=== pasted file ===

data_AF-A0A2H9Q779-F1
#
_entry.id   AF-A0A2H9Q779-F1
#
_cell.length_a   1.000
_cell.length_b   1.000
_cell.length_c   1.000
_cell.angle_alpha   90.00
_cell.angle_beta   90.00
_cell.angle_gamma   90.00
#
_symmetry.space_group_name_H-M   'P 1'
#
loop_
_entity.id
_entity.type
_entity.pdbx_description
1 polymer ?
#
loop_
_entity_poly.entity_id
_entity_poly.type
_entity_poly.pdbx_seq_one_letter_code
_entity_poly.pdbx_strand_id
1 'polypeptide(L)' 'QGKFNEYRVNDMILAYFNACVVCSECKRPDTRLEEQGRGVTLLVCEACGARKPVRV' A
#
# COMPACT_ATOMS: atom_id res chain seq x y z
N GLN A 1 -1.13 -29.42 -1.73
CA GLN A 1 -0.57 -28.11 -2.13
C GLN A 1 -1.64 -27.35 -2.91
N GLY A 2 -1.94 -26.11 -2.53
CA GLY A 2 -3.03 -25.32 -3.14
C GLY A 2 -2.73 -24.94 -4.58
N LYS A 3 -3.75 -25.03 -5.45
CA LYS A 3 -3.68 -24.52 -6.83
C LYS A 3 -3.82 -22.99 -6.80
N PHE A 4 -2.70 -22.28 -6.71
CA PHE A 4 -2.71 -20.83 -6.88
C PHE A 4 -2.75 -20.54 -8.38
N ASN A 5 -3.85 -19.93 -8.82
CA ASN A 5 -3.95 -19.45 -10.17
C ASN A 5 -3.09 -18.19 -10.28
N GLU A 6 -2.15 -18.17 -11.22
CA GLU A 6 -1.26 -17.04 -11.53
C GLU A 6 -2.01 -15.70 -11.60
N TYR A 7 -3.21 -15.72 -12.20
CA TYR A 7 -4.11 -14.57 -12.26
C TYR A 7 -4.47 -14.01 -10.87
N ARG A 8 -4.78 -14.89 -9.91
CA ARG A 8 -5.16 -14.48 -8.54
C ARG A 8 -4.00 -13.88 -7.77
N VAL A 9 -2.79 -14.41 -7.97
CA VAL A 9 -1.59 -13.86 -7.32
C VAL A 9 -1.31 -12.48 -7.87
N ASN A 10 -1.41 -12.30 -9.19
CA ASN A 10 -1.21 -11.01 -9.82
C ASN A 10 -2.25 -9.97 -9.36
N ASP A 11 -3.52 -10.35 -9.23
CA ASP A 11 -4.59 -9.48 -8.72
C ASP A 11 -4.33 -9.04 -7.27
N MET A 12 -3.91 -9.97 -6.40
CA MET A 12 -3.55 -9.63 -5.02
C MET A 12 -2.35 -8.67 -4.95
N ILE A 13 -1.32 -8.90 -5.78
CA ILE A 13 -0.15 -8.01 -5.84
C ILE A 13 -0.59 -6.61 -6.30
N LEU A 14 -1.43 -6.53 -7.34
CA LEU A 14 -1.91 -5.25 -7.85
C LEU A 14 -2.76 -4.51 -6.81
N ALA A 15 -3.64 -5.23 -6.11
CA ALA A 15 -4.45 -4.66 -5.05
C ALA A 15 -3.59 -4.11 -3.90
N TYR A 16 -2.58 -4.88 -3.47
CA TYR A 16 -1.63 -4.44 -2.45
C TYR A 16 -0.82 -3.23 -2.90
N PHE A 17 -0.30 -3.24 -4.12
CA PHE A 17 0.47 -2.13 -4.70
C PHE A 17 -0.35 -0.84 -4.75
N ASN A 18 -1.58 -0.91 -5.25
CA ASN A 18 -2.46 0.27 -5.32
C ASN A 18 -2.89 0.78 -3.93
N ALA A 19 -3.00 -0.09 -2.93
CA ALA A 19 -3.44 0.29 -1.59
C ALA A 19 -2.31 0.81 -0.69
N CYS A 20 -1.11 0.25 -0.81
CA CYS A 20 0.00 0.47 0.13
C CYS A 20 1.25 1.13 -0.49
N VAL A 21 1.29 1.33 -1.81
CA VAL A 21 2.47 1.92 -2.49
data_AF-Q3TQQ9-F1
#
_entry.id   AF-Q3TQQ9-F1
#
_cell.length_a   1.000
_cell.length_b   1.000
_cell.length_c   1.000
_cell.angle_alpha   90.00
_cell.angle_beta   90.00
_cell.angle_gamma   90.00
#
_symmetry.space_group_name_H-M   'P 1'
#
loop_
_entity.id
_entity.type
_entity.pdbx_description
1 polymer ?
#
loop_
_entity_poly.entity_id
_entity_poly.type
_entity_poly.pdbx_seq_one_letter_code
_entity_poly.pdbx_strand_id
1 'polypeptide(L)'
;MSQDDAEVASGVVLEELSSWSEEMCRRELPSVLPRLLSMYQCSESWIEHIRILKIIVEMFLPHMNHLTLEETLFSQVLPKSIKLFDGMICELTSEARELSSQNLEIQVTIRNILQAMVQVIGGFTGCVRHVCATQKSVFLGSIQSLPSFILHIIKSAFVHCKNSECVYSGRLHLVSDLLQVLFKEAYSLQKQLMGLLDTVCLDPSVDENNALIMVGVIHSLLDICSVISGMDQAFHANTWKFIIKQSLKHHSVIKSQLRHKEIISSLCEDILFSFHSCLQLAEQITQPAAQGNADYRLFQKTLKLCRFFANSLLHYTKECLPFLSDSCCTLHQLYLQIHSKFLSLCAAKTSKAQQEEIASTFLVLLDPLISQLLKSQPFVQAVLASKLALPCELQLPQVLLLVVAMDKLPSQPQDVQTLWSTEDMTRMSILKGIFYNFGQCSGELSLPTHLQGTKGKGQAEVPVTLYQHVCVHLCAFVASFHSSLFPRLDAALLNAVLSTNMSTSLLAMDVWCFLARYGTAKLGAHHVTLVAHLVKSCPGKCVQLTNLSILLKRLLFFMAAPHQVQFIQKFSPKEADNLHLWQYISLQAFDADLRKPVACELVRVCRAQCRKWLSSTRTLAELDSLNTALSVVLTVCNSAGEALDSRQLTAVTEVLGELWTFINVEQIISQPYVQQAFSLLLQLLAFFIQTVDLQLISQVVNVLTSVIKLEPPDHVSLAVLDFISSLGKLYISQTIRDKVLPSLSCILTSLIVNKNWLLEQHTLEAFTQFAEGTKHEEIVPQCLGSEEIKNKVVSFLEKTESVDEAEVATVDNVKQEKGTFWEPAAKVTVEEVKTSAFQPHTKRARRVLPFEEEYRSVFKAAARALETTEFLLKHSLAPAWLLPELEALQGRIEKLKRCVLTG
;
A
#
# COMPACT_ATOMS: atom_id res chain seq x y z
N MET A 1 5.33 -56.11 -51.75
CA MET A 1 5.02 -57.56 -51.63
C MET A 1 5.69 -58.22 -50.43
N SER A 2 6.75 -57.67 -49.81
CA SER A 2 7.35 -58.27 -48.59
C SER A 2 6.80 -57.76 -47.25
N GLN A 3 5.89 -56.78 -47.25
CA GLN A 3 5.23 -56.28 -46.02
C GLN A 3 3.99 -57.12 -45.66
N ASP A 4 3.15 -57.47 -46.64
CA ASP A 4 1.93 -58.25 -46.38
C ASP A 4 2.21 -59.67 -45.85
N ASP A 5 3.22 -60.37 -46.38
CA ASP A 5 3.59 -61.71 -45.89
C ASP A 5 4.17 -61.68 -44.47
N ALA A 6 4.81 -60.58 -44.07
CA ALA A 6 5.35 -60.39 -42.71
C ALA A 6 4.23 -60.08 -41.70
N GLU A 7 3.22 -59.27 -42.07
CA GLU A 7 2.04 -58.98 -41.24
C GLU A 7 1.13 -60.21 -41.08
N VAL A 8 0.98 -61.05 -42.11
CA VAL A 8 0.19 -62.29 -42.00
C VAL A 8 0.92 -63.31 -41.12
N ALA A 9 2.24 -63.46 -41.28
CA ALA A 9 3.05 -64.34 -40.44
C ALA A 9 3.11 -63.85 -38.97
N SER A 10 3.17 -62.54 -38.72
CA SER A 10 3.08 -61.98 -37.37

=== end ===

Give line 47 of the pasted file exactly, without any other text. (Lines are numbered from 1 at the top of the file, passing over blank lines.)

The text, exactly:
CA TYR A 7 -4.11 -14.57 -12.26